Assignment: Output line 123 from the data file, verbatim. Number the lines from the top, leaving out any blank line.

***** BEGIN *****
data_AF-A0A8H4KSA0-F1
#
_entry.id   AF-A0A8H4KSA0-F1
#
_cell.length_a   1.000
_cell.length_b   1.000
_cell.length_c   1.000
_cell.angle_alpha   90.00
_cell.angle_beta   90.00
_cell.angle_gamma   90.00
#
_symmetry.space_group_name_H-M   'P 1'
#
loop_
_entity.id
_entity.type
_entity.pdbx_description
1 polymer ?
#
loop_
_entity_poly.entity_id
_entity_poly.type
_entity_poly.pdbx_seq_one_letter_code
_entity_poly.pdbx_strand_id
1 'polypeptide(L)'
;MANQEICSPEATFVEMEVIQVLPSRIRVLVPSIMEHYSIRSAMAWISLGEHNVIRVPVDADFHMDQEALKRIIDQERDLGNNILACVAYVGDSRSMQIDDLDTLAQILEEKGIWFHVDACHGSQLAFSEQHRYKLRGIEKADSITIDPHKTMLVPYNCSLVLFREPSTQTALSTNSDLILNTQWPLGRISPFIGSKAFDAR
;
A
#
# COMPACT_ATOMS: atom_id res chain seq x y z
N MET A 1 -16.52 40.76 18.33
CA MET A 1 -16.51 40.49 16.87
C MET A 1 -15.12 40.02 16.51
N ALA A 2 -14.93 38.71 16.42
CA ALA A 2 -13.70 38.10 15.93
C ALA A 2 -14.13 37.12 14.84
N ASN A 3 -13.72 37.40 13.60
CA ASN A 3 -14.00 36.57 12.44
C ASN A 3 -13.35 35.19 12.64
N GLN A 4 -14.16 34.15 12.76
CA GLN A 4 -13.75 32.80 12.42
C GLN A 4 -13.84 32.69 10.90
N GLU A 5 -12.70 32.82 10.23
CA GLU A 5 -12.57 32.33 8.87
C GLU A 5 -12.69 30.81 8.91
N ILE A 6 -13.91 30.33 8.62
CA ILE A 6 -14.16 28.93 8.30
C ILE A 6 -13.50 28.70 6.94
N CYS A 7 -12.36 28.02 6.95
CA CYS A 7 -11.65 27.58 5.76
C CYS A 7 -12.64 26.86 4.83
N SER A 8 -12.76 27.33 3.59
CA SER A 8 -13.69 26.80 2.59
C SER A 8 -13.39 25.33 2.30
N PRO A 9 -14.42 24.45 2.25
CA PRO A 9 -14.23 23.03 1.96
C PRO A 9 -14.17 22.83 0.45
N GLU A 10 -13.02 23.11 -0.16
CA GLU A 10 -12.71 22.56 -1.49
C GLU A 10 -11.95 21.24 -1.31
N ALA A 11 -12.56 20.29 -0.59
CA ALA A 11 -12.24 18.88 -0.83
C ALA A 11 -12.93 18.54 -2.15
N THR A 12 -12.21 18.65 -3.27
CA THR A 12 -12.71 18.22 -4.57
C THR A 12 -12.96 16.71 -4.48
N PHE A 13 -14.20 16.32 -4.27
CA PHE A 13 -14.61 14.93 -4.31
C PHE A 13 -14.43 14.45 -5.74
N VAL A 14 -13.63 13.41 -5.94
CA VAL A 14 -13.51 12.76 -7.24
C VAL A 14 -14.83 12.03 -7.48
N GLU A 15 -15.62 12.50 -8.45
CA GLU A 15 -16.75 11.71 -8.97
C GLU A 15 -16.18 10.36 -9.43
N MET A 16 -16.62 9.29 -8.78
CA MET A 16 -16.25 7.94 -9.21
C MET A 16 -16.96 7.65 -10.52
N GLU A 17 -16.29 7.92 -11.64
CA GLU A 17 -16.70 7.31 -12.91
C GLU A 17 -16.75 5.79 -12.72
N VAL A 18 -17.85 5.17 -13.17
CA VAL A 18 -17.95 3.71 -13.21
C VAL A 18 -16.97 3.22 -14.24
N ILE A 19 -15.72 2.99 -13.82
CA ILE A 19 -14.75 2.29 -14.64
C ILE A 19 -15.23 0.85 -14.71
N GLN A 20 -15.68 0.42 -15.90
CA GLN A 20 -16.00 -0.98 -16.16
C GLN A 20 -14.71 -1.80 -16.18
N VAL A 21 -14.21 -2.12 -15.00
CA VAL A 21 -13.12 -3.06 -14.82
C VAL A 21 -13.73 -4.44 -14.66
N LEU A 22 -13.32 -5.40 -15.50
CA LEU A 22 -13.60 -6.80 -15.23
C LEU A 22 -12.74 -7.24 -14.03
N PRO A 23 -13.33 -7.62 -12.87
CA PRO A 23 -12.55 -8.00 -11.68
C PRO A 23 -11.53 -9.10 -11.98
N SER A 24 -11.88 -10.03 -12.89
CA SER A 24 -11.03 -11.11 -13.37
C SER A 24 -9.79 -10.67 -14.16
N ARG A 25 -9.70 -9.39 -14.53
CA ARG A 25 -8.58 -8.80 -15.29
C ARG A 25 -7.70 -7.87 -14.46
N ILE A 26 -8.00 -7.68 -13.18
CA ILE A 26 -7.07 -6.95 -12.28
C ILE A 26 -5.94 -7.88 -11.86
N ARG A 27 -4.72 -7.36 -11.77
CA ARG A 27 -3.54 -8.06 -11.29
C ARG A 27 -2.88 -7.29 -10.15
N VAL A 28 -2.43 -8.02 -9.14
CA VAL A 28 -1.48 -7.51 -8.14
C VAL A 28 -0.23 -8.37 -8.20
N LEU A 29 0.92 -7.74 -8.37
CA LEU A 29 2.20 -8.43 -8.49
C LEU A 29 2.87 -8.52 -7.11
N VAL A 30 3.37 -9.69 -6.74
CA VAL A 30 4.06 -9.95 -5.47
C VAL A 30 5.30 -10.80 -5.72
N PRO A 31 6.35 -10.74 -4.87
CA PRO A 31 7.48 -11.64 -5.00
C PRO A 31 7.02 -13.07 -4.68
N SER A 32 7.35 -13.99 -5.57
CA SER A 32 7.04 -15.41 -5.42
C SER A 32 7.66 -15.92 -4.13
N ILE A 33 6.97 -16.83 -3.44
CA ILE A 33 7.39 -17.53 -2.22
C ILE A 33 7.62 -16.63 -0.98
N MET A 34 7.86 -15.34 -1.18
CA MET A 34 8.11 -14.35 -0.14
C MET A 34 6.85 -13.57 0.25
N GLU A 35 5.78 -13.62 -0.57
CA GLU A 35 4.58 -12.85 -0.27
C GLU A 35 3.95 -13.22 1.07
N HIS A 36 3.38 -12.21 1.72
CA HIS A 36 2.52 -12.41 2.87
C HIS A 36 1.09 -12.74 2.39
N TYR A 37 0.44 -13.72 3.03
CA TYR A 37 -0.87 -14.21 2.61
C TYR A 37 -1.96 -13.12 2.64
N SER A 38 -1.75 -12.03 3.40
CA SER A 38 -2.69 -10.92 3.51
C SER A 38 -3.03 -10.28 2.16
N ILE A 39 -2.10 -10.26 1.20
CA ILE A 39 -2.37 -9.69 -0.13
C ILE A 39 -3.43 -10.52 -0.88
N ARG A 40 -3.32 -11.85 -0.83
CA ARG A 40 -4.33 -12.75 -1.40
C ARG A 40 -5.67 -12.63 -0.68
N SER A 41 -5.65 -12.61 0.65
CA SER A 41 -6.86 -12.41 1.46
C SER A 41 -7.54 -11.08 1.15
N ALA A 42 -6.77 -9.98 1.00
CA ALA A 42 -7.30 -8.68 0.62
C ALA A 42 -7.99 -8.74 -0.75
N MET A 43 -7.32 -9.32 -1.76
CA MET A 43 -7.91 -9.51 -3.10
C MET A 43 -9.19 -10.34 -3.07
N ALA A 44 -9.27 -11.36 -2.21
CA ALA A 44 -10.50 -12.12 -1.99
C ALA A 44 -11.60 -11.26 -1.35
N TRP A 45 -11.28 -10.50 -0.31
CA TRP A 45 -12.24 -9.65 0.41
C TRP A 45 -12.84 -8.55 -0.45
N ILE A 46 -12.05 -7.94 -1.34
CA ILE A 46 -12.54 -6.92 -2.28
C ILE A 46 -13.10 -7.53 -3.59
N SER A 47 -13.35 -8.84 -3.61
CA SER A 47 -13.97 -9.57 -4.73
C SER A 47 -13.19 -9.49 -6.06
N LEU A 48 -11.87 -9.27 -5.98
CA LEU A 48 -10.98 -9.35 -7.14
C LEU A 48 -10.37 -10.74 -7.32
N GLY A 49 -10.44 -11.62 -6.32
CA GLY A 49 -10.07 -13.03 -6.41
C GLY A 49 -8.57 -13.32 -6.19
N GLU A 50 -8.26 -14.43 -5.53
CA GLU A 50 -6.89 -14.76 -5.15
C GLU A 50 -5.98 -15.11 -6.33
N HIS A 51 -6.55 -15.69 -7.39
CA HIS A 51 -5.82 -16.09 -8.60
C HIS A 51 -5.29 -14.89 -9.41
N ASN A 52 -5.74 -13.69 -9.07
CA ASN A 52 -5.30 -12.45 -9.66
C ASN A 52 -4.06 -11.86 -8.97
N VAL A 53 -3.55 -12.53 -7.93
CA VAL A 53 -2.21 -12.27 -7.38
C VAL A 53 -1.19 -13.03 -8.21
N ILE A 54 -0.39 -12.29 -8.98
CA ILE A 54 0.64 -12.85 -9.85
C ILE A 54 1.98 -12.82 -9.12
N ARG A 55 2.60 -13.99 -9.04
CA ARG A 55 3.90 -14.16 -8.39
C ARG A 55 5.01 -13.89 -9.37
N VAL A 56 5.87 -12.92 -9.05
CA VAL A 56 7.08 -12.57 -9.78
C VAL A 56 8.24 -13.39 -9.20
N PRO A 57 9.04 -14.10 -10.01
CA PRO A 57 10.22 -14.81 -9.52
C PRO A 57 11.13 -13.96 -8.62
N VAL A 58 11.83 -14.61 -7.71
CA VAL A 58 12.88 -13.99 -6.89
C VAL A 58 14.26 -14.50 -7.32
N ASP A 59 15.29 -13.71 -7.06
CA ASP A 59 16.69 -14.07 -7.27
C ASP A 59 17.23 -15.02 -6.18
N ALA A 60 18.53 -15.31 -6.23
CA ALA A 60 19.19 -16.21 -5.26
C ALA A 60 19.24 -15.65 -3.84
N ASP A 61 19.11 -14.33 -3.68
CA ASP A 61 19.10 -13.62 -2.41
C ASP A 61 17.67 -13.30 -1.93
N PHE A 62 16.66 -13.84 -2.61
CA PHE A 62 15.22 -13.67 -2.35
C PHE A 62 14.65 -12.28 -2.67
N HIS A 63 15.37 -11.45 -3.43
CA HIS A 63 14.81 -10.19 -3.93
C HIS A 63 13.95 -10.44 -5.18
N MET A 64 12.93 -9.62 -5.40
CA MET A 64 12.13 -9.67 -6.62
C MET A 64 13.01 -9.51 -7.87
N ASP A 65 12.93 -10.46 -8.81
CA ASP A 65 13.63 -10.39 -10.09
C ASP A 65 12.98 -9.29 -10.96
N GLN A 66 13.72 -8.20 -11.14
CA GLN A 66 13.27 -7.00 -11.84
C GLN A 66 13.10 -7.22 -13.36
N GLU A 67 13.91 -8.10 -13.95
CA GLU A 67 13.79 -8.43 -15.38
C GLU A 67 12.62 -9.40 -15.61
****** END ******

C PRO A 31 7.02 -13.07 -4.68